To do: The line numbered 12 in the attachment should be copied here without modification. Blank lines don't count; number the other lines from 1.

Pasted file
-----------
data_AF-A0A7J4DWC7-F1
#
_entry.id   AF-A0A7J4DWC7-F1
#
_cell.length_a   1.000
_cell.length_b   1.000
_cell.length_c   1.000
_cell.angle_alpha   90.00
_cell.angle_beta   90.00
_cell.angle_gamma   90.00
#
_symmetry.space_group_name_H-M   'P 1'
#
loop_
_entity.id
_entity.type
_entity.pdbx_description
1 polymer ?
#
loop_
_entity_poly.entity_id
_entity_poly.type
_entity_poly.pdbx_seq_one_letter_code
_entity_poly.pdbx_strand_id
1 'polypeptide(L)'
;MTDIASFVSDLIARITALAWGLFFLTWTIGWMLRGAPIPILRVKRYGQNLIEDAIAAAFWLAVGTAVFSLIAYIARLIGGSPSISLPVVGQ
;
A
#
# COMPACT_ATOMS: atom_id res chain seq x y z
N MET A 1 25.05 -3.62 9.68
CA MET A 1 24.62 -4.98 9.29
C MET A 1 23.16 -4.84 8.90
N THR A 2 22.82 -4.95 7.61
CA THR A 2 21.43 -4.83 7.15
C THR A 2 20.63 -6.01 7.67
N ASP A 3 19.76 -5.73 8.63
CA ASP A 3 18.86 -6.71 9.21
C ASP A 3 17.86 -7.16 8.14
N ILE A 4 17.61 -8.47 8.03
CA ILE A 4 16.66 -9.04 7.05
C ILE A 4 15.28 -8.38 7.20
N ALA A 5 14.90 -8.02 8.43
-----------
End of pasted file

_symmetry.space_group_name_H-M   'P 1'